Blue Origin finally entered the orbital space industry on 8 January 2024, powering the first stage of the ULA Vulcan Centaur rocket with its twin BE-4 engines. The methane-fuelled design is the highest thrust rocket engine now in service, just a hair over the SpaceX Raptor 2.
The remarkable success of the ULA Vulcan on its first launch was quickly overshadowed by the failure of Peregrine-1 to deploy its solar array. When Astrobotic engineers attempted to recover the lander, they discovered its propulsion system was suffering from an uncontrollable propellant leak, dooming the mission, and delaying a much-anticipated US return to the moon.
On 9 January, NASA announced that the Artemis II circumlunar mission will fly no earlier than September 2025. Even though no landing is planned, there have still been engineering challenges with the Orion crew vehicle.
The Orienspace Gravity-1 also made its maiden voyage this week, lifting the first three Yunyao 1 weather satellites into orbit. Gravity-1 is a two-stage solid rocket capable of 6500 kg to LEO. It launched from a ship in the Dongfang Spaceport, a maritime launch area in the Yellow Sea.
F-22 fighters screaming after Chinese spy gizmos is the stuff of James Bond movies – yet it happened over Montana this week. Canada and the US are complaining about a monitoring balloon the Middle Kingdom recently floated over North America, prompting public concern as it was spotted by skywatchers and storm chasers in western Canada, then across the central US from Montana to Missouri and on to points southeast.
The device appears to be solar powered, with a significant amount of line control and levelling equipment to stabilize the observation platform. Save for the giant balloon hoisting it up, it looks somewhat like a scale model of the International Space Station – or, more aptly, like a Google Loon. Loon made huge strides in stationkeeping free-flying balloons in hopes they could replace cell towers, but their position could only be reliable for hours, maybe days, at best. The number of natural disasters where the tech was really useful were too uncommon to keep the system in commercial use.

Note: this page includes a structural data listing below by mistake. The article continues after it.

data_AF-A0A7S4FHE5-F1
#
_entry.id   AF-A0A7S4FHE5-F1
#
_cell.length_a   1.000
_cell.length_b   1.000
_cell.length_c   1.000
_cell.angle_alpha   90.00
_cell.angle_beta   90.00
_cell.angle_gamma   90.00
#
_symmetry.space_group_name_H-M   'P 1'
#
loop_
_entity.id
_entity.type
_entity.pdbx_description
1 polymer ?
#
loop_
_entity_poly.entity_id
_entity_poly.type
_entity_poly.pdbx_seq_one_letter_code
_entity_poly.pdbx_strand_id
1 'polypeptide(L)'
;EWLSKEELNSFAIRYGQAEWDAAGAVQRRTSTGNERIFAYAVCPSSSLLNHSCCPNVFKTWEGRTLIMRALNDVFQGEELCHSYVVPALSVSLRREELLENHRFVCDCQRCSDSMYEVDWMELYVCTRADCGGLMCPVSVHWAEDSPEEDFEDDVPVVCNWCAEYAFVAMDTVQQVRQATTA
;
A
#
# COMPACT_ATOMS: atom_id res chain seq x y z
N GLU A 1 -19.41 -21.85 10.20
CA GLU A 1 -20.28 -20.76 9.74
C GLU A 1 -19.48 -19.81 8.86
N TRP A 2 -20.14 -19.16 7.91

Stratospheric balloons are also commonly used in weather research. However, there’s two main organizations that use these balloons – weather offices that have a budget, and universities that don’t. In the latter case, they want to get their equipment back so badly, there is always a chase afoot for the balloon on the ground, tracking APRS feeds and mapping its location in real time, right up to landing.
Though spies in the sky might be worrisome, there is some precedent for adversarial overflight. In 2020 and 2021 the US and Russia withdrew (China never participated) from the Treaty on Open Skies, which was one of the hallmark agreements for post-Cold War de-escalation. The agreement promoted security stability by allowing member states to observe each others’ defence capabilities. The idea was that by keeping more military details in plain sight, there would be less need for all parties to overspend and overdeploy military equipment against unknown threats.
On the other hand, the balloon does pose a more mundane risk: it’s a hazard to navigation. Though since the demise of Concorde, commercial jets aren’t typically seen above FL450, for safety’s sake, Class A controlled airspace still extends to FL600, which is about the altitude where the Chinese balloon has been spotted. Flying in Class A airspace without ATC clearance, a radar transponder, and/or ADSB is an easy way to lose your pilot’s licence.
The Thunderbirds parked and grounded at KRDR, 18 Jun 2022 (Fargo Orbit)
It just doesn’t happen every year. It was called off two years ago, and it didn’t quite take flight this year, either. The Grand Forks AFB Air Show, this time simply called “Northern Thunder”, couldn’t get away from Grand Forks’ defining feature: the wind.
Not only was it gusting to almost 20 m/s, it was coming from the wrong direction for takeoffs and landings. Even if the base had extra runways, they would never be built facing into the rather unusual direction.
Not everything at an air show is airborne, of course: Though a few announced planes didn’t quite make it to the tiedowns, this was more than offset by the surprise visit of a CC-130J Super Hercules, which drew a huge crowd despite being placed just about the farthest from the food and port-a-potties.
Not past local noon, the wind shot up violently, sending aircrew scrambling to check their lines and chalks, while visitors with loose items soon found themselves deprived. As nothing had taken to the skies, the event program turned to the occasional pull of the Shockwave, essentially a semi-truck with an afterburning jet engine stuck on the back. Loud and flashy, it kept spirits up during the lengthening wait for the return of the United States Air Force Thunderbirds to the Grand Forks skies.
By 1800 UT, there was a thick black cloud clinging to the ground around the airfield. This dirty air should have been hot and acrid with jet wash, but was instead a hazy, gritty Minnesota soil sample, carried on the raging southeast gale that turned hats and corn chip bags alike into wrathful FOD. It was time to visit the food trucks.